A guest post by Robert Forman, co-author of The Solicitor’s Handbook 2022 and senior consultant at Murdochs Professional Discipline Solicitors
Since 2011, there has been a gulf between the maximum fine the Solicitors Regulation Authority (SRA) can impose on a licensed body (an alternative business structure) and its individuals – £250m and £50m respectively – and an authorised body (a traditional law firm) and its individuals – just £2,000 in both cases.
As a result, the Solicitors Disciplinary Tribunal (SDT) remains the principal disciplinary authority for the latter two, as it has unlimited fining power.
Since 2012, the SRA has repeatedly tried to increase its powers of sanction for traditional firms. Its latest consultation closed in February 2022, seeking a much smaller rise in maximum fine, to £25,000.
It also proposes to apply a means test, in the case of firms, capped at 5% of a firm’s turnover, and to introduce fixed penalties of up to £1,500 for what it deems to be minor infringements.
Whereas previously the SRA cited the rationality of uniform fining powers, this time the focus is on practical benefits: reducing delay, costs and stress.
The SDT argued that, beyond this figure, the SRA should not act as judge and jury, there would be no reduction in delay, it would increase inappropriate plea bargaining and risk miscarriages of justice. There was also, it observed, a lack of transparency in SRA decision making.
The Law Society accepted that there would be a reduction in delay, cost and stress, but was concerned about the SRA acting as judge and jury and the lack of transparency in serious cases.
There are many valid complaints that can be made about the SRA, but in my view increased SRA fining powers are, on balance, in the interests of all concerned. Here’s why.
When a solicitor or firm is referred to the SDT, irrespective of the allegations, they’ve already lost. This is the consequence of an unjust costs regime in which it is almost impossible for a respondent to recover their defence costs – even if no allegations are found proven against them.
Make at least minor admissions, and the respondent will also be ordered to pay the bulk of the SRA’s costs – typically significantly higher than any fine ordered.
A fine of £25,000 is a frightening sum of money for most. However, by comparison, the SRA’s costs claimed at the SDT are frequently £70,000+, covering its representation and the “forensic investigation”. Add to that the costs of defence representation, and you get the picture.
By contrast, when the SRA issues an internal sanction, presently it imposes a cost order of just £1,350.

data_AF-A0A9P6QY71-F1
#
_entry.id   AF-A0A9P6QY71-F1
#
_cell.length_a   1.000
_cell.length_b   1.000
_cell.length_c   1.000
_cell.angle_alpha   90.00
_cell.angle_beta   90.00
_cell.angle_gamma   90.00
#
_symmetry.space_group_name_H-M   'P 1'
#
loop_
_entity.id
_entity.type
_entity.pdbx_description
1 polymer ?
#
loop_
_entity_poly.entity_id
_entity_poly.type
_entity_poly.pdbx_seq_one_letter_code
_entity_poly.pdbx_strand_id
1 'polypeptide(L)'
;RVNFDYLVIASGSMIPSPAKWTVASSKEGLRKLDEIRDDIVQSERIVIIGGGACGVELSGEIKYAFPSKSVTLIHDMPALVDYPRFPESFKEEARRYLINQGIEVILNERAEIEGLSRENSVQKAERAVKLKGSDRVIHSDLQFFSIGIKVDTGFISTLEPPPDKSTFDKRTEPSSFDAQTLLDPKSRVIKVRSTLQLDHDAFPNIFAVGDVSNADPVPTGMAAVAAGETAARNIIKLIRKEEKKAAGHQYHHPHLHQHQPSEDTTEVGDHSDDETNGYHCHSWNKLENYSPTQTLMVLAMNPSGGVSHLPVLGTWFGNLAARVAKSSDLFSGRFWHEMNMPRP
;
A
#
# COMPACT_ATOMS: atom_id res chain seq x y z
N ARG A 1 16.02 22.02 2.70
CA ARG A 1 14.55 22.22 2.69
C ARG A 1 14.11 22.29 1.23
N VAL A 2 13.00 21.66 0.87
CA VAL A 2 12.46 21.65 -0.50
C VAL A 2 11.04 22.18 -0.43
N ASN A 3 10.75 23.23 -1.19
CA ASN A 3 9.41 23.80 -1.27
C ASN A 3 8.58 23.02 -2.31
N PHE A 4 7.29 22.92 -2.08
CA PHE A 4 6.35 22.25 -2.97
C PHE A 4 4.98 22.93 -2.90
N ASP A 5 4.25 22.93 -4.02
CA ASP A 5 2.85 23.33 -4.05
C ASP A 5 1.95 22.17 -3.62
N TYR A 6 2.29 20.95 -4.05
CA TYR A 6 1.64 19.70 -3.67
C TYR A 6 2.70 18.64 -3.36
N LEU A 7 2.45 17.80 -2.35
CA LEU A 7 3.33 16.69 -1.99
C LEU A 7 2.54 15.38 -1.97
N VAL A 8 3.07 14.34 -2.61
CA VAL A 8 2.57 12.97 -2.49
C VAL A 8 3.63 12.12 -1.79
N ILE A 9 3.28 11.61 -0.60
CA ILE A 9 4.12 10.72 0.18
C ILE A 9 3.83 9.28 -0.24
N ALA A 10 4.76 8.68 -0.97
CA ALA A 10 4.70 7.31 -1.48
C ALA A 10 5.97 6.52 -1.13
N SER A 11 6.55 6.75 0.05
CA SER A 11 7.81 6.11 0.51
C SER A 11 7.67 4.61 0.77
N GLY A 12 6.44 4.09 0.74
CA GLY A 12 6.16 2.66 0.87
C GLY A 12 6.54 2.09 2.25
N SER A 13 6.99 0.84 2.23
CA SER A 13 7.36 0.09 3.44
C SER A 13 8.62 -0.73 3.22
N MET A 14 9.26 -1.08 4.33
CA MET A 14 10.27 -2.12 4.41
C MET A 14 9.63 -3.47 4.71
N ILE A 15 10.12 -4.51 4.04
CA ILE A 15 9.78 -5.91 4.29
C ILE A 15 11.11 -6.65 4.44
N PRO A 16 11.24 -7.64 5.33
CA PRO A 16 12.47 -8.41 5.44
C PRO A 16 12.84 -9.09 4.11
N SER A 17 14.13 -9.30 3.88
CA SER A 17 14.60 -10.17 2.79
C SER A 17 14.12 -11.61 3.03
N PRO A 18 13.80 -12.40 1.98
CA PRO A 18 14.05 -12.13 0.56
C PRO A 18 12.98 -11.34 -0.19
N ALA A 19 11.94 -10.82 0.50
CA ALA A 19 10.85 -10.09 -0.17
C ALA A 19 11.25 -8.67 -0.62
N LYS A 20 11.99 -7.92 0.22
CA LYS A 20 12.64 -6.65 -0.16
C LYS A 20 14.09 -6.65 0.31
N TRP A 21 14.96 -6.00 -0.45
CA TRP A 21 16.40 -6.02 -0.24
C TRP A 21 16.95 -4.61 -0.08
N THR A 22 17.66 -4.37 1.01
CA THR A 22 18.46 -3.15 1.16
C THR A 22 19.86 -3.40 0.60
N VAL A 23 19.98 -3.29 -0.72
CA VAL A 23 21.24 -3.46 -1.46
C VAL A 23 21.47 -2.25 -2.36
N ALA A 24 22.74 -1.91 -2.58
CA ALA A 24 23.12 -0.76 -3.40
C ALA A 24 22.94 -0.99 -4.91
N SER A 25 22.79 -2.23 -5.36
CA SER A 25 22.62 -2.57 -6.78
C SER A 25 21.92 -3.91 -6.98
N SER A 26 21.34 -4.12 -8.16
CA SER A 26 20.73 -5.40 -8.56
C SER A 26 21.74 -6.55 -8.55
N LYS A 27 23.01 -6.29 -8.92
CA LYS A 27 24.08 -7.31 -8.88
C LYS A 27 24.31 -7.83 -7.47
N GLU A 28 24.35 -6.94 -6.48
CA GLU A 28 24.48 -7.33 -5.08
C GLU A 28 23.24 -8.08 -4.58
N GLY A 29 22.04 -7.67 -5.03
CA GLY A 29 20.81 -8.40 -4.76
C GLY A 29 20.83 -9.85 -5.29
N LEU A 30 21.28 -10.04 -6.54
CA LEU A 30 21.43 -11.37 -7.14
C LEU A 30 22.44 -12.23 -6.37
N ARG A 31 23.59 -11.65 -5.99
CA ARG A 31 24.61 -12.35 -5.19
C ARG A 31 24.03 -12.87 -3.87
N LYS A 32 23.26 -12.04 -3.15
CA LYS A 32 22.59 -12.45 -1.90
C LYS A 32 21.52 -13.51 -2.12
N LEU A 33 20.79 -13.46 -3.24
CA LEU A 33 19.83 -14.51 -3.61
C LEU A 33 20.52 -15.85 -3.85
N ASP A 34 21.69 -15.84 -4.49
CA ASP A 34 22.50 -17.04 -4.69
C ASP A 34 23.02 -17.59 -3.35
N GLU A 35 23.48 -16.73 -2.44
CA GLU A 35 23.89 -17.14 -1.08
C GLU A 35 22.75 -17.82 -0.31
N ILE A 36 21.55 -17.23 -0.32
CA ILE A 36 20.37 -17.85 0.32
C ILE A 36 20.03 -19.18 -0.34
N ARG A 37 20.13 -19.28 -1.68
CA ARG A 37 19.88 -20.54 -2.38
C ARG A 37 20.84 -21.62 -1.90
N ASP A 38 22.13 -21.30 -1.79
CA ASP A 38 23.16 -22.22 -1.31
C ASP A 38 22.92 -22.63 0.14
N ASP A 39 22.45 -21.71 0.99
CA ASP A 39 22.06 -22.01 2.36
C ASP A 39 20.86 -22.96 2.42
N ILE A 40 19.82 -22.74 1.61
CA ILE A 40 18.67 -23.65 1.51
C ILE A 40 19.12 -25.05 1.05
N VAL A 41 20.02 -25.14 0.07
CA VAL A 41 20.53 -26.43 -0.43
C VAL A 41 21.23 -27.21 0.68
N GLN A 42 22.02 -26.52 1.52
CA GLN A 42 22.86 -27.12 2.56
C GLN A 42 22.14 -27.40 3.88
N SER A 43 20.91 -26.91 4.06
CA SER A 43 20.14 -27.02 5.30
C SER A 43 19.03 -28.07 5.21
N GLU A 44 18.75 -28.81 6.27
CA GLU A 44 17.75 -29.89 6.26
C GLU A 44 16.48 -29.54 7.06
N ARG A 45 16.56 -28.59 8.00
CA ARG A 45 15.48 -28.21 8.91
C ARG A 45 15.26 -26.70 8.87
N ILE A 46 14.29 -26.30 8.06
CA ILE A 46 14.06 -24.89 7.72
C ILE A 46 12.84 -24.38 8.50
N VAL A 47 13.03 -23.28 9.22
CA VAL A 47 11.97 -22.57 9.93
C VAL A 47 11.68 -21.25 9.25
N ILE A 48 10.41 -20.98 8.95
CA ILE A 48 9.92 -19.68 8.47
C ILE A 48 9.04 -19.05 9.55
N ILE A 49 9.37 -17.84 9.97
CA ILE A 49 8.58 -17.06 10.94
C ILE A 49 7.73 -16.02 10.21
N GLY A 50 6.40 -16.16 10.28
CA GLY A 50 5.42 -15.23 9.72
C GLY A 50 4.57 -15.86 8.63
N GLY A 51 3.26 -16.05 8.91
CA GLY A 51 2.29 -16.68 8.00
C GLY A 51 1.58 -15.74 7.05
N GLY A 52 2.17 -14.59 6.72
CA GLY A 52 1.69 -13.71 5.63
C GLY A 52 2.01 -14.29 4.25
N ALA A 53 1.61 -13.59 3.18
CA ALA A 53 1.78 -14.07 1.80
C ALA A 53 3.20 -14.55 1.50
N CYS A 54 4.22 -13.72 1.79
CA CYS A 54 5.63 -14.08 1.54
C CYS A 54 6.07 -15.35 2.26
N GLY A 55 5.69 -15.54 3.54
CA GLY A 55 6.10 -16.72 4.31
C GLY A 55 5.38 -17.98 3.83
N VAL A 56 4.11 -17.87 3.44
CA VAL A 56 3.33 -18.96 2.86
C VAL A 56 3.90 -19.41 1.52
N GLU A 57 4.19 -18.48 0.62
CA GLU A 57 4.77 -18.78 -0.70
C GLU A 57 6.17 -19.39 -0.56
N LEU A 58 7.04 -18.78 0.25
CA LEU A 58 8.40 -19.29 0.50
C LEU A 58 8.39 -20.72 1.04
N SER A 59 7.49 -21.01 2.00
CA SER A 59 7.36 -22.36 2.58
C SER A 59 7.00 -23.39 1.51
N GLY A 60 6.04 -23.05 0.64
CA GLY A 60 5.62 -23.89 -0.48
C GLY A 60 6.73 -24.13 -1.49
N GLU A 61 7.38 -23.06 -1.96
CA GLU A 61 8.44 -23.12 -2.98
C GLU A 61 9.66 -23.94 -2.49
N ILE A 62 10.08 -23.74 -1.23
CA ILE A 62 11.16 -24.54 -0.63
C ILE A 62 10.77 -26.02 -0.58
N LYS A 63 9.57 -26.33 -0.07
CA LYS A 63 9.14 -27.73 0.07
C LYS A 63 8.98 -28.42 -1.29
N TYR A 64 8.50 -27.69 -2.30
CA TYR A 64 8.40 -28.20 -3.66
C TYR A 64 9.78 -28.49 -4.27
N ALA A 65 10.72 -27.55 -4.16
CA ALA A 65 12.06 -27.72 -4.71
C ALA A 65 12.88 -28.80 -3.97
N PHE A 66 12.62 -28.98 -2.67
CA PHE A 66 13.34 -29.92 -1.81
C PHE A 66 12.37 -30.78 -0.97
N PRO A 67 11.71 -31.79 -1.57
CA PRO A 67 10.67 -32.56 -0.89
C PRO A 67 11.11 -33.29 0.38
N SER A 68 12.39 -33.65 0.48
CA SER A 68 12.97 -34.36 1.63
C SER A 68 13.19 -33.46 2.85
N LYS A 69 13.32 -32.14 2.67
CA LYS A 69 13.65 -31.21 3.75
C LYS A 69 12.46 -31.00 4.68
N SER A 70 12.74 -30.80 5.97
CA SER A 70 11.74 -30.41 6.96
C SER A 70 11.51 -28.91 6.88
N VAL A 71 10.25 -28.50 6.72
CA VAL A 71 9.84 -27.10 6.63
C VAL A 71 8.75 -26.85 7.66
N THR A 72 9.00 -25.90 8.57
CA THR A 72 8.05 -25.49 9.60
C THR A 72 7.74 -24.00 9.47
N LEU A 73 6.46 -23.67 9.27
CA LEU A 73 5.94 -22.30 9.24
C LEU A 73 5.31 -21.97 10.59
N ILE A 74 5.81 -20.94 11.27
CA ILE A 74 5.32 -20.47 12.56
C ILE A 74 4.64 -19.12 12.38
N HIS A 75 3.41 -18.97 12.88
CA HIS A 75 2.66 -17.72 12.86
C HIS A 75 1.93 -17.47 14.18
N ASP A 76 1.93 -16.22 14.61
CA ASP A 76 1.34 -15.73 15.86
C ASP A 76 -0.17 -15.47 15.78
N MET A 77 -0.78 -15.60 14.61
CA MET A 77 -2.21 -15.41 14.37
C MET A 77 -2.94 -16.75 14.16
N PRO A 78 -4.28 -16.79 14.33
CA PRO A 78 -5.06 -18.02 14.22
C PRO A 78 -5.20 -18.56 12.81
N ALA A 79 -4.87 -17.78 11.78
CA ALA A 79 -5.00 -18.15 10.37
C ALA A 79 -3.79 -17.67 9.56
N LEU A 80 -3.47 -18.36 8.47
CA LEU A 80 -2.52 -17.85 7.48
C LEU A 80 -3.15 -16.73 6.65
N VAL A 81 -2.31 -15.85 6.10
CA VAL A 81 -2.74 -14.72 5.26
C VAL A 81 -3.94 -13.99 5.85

By avoiding SDT proceedings, the SRA for its part (and thus the profession) will also avoid its unrecoverable costs, and the cost of running the tribunal will be reduced.
Illusory risk of plea bargaining
There is a risk that solicitors and firms will agree to fines rather than incur the costs and exposure of contested SDT proceedings – but that already happens in the SDT.
The majority of cases ending in fines of between £2,000 and £25,000 are resolved by way of an agreed outcome, almost all approved by the SDT.
The SDT says that most cases take four to six months to process. What’s not said is that, following the decision to refer, it invariably takes the SRA at least six months to prepare SDT papers, and therefore SDT proceedings extend the disciplinary process by at least 10 months and more likely 12-15 months.
Low risk of abuse/miscarriage/lack of transparency
In the 11 years that the SRA has had a maximum fining power of £250m, the largest fine it has issued to date is £232,500. Here, a maximum fine of £25,000 is proposed.
If a sanction is agreed, it will be recorded in a regulatory settlement agreement setting out the allegations, misconduct and mitigation, and publicised.
If the fine is not agreed, and simply issued by the SRA, the solicitor or firm can appeal to the SDT.
Concerned about the risk of miscarriage, the SDT cites that in 2020 all allegations were found not proven in eight cases. I appeared in two of them – such cases invariably include an allegation of dishonesty and will continue to be referred to the SDT.
Judge and jury?
There’s a valid concern here. However, with a right of appeal to the SDT, the solicitor/firm is not in a significantly worse position than they are in the present system.
While currently, if the SRA make a referral to the SDT it has not imposed a sanction, it has nevertheless made a finding of fact that misconduct has taken place.